Tuesday, January 29, 2008

A Scrappy Little Teddy...

...made his appearance today. See earlier post "Scraps du Jour". And I STILL have enough of those flannel scraps to make another project; I just can't decide between two possibilities at the moment.
Right now though, I want to get my green strippie quilt basted so I can start quilting it this week.
But, in the spirit of procrastination, I'll share my dinner recipe from tonight:

Almost Fat-Free Turkey Loaf
1 pound 99% fat free ground turkey breast
1/2 cup dry seasoned bread crumbs
1/4 cup tomato sauce
1/4 cup EACH finely chopped green pepper, onion, and carrot
1/4 of a 16 oz. package frozen chopped spinach, thawed and all moisture squeezed out
1/4 cup Egg Beaters or 1 egg

Preheat oven to 375 degrees.
Mix all ingredients except ground turkey breast until well mixed. Add turkey, mix gently until ingredients are evenly incorporated into the turkey. Form into a loaf shape, place in ovenproof pan. Bake for 1 hr.

I like to serve roasted potatoes and carrots with this, or any other kind of meatloaf. Cut up potatoes (with skin on) and carrots into pieces about the size of your thumb. Drizzle with olive oil, sprinkle with your favorite dried herbs, and add to pan around the loaf. Turn veggies once about midway through cooking time.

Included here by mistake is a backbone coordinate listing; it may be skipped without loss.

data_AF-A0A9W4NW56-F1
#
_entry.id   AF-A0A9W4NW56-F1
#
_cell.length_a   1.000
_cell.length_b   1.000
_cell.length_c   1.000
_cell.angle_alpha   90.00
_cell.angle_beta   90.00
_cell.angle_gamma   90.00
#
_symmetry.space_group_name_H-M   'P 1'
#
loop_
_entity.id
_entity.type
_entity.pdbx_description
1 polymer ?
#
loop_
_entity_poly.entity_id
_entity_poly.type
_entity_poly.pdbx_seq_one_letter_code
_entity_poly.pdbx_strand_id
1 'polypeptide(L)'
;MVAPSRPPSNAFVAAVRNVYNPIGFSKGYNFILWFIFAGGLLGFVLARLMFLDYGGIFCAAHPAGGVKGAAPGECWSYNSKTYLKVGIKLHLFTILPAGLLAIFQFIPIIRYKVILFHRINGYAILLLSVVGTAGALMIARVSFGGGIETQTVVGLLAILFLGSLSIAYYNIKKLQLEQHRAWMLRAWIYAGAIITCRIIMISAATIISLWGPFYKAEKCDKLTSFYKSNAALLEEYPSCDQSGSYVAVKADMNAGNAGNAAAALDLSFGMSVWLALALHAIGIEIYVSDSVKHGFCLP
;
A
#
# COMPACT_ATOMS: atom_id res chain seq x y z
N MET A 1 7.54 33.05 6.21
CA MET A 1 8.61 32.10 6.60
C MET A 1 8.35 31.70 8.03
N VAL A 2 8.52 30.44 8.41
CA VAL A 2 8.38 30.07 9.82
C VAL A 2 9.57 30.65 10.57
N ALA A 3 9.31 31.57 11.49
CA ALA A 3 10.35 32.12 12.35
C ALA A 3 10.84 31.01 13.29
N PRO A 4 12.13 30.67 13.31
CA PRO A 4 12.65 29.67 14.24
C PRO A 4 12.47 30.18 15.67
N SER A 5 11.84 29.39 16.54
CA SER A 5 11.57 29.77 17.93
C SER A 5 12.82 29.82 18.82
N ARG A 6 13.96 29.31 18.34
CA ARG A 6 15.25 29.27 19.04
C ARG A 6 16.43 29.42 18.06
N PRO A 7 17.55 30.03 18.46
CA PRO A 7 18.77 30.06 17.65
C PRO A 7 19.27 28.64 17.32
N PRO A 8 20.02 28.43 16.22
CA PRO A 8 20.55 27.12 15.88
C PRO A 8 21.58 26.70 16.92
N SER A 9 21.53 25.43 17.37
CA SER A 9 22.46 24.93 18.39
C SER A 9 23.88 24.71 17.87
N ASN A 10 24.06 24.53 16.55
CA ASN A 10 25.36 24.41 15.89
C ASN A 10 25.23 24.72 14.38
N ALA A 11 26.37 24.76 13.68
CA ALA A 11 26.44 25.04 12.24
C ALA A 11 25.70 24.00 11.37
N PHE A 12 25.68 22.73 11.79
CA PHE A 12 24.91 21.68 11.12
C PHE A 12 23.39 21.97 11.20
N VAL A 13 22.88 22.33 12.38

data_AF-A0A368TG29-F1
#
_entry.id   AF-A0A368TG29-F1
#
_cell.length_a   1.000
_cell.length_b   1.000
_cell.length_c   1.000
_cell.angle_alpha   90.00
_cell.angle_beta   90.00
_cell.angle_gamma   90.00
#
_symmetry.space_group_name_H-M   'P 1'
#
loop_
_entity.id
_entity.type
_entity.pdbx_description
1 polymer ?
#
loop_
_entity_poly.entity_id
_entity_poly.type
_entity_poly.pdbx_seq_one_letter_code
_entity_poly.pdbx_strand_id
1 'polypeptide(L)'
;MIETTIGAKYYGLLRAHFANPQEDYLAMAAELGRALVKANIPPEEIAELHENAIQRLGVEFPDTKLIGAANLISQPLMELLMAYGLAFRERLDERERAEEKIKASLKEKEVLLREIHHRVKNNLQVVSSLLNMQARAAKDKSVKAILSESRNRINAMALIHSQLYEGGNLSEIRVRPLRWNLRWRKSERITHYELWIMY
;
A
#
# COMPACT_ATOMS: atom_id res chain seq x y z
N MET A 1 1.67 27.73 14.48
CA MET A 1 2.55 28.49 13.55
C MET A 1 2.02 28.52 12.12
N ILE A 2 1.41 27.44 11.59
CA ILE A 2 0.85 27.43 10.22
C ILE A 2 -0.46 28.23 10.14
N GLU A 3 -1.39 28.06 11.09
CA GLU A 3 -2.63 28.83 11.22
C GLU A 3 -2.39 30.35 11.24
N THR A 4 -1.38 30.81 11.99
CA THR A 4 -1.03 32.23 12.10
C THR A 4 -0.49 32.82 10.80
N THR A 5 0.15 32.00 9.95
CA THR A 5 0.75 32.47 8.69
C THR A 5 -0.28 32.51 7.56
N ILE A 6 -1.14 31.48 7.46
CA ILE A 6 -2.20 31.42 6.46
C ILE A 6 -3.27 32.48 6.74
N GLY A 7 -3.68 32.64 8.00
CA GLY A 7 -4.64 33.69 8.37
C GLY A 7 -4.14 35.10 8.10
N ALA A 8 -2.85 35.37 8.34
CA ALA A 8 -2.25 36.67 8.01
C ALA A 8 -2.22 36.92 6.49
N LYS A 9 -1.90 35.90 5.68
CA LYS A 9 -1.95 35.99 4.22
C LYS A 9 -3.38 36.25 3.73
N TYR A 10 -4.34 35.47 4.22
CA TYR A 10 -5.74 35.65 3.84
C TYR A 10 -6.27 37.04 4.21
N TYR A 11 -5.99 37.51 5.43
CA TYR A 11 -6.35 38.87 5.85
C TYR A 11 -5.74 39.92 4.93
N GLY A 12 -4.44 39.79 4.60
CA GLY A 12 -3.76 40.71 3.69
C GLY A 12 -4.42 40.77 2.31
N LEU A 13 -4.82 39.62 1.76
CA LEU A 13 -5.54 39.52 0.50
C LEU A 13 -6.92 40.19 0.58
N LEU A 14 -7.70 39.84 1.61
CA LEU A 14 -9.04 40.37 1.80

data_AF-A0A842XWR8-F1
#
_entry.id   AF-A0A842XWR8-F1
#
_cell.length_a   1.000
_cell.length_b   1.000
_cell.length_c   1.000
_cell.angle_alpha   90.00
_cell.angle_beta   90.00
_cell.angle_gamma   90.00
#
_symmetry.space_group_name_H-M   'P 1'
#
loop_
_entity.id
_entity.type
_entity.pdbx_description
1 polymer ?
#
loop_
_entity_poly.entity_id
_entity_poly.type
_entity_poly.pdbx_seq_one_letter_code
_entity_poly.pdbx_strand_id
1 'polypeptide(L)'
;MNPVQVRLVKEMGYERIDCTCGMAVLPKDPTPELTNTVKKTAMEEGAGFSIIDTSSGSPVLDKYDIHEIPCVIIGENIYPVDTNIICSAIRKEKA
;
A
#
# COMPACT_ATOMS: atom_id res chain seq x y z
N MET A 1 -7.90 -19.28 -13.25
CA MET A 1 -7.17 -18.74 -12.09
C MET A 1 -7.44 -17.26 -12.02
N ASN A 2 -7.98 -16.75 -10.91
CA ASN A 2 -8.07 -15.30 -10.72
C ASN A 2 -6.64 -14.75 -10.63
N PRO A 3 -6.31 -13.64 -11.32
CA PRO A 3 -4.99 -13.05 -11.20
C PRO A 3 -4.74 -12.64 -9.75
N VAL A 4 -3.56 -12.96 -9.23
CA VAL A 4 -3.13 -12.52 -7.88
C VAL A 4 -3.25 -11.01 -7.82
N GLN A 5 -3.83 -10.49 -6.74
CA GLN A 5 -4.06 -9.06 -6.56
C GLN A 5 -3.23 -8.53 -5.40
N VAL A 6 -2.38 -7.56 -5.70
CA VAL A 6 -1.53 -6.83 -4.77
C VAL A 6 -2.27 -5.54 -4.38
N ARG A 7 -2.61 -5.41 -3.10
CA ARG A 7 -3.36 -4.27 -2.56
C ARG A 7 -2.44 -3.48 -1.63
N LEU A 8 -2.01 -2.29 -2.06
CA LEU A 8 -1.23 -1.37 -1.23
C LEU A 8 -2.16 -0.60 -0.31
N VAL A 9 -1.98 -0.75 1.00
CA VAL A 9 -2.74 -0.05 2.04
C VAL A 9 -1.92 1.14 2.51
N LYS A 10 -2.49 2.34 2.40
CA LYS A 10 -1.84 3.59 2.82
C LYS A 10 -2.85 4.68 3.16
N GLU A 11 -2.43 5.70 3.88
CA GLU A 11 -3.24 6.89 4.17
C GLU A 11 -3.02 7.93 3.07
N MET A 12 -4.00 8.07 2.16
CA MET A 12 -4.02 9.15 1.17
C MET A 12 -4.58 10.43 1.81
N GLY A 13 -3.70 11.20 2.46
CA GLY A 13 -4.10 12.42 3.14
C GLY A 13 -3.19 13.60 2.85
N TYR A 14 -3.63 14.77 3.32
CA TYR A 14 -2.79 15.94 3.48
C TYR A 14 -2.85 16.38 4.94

Monday, January 28, 2008

Ali made me do it...

update my blog, that is. Hey, Ali, this post's for you.
Here's my latest project. It hadn't been around long enough to qualify for a UFO; as I started it back in early autumn. It was begun on one of those days when I needed to start a new quilt project- RIGHT NOW! I have had a long-time love for pomegranate motifs in crewel embroidery, but the traditional pomegranate appliqué patterns just didn't excite me. This is my version- soft curves, voluptuous globes of fruit, fast and easy to appliqué. I didn't want to take the time to shop for fabric, so I pulled from my stash. More OPM (see earlier posts) to the rescue- the background fabric, as well as the backing (another tone-on-tone tan) were quilt guild freebies.
When I pulled out the top last week to add the borders, I was unable to find the leftover tan fabric I had set aside for the pieced border I had planned. In retrospect, I think that was a good thing, because I really love the simplicity of the wide red border. Machine quilting it was simple; I used fusible Mountain Mist batting and was thrilled with not having to remove basting stitches or pins.

Saturday, January 19, 2008

Scraps du Jour - One project down...

I made this tea cozy today, and I still have half the scraps left. Tomorrow is another day.

Scraps du Jour Update